Just as architects pushed the limits of the arch, they have done so with every available material and method. It’s in pushing limits that man finds new ways of building. The tallest commercial load-bearing masonry building in the world is the Monadnock in Chicago designed by Burnham and Root and completed in 1891. The building has 16 stories plus an attic. Its masonry envelope supports an iron-framed interior and is a massive six feet thick at the base.
Burnham and Root also designed the Reliance Building in Chicago, completed in 1895. It’s the first building of its kind to hang a thin skin (made of terra cotta and glass) from its framework of steel. This mode of construction is called “curtain wall.” Since then, architects have found lots of ways to take advantage of this groundbreaking construction method. Based on how much architecture has changed since then, one could argue that the Reliance Building was one of the most influential pieces of architecture in the nineteenth century.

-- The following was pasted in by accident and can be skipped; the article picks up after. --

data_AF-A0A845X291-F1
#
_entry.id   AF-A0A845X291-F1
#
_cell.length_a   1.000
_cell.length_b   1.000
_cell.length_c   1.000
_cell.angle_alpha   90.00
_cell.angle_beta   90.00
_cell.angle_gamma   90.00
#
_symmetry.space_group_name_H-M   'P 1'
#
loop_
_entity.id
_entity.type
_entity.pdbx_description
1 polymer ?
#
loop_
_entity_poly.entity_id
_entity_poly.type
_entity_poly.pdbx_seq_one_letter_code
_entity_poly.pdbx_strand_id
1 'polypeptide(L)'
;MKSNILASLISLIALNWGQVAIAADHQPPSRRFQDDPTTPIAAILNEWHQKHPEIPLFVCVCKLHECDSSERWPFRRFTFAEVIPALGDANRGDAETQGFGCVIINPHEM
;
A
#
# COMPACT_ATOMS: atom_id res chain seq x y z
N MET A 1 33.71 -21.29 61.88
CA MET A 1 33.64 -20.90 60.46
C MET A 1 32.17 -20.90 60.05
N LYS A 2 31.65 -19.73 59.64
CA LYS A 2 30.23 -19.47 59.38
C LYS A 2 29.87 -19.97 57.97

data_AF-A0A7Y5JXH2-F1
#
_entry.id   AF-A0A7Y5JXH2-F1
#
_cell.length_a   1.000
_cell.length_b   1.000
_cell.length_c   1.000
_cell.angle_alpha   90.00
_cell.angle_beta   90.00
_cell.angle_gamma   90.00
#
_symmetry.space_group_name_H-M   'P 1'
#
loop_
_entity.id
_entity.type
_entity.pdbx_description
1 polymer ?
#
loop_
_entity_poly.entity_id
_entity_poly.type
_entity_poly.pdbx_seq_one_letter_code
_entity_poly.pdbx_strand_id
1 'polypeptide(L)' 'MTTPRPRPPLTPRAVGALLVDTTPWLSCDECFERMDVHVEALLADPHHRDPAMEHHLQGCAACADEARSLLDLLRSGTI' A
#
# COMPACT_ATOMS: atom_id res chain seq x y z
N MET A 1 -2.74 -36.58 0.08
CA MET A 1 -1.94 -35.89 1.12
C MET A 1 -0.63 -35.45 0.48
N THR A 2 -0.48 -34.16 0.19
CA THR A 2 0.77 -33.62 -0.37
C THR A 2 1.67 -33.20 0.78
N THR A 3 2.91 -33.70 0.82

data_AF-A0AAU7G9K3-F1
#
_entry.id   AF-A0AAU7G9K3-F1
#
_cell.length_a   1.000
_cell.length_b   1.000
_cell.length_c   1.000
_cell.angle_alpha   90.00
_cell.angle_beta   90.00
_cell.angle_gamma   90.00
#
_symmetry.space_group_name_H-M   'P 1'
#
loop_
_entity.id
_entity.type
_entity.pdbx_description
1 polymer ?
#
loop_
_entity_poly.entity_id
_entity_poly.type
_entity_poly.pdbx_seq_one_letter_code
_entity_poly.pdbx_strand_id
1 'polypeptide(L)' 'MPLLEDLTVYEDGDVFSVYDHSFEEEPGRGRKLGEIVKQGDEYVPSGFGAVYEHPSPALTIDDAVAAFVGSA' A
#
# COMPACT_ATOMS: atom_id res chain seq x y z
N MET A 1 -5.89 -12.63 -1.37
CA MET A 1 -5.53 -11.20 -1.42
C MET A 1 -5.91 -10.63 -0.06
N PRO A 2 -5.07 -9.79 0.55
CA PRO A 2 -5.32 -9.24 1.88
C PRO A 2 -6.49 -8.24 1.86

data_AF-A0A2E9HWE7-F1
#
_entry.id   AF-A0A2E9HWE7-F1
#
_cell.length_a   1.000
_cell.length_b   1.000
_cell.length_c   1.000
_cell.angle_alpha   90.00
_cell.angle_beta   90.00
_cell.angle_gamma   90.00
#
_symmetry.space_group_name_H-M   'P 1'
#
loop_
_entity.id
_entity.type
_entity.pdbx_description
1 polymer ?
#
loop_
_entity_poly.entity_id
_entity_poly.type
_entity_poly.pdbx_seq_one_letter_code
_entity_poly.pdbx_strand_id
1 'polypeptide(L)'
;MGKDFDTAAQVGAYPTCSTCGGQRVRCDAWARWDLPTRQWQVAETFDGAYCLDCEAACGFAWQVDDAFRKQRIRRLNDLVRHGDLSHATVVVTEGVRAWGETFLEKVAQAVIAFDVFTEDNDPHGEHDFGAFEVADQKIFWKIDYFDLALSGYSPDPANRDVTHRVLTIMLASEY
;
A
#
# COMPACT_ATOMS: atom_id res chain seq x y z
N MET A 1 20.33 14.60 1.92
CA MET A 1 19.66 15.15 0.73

But architects have always been inventive. Medieval designers employed a structural strategy to get more light into the sanctuary. They created flying buttress. Hundreds of years later Fay Jones designed a skeletal system of his own that accomplished the same and more. Oscar Niemeyer used huge sections of unlikely concrete as skeletal framework for a Cathedral. Buckminster Fuller popularized geodesic domes. SOM used bundled tubes to climb toward the sky. And Frank Gehry invented structural systems only computers could facilitate. Even Frank Lloyd Wright pushed the limits with his Fallingwater. However, it was also Wright, who insisted that a minimal amount of reinforcing be used in the cantilevered structural system which in turn almost collapsed. It just goes to prove architects push limits but not everyone gets it Wright.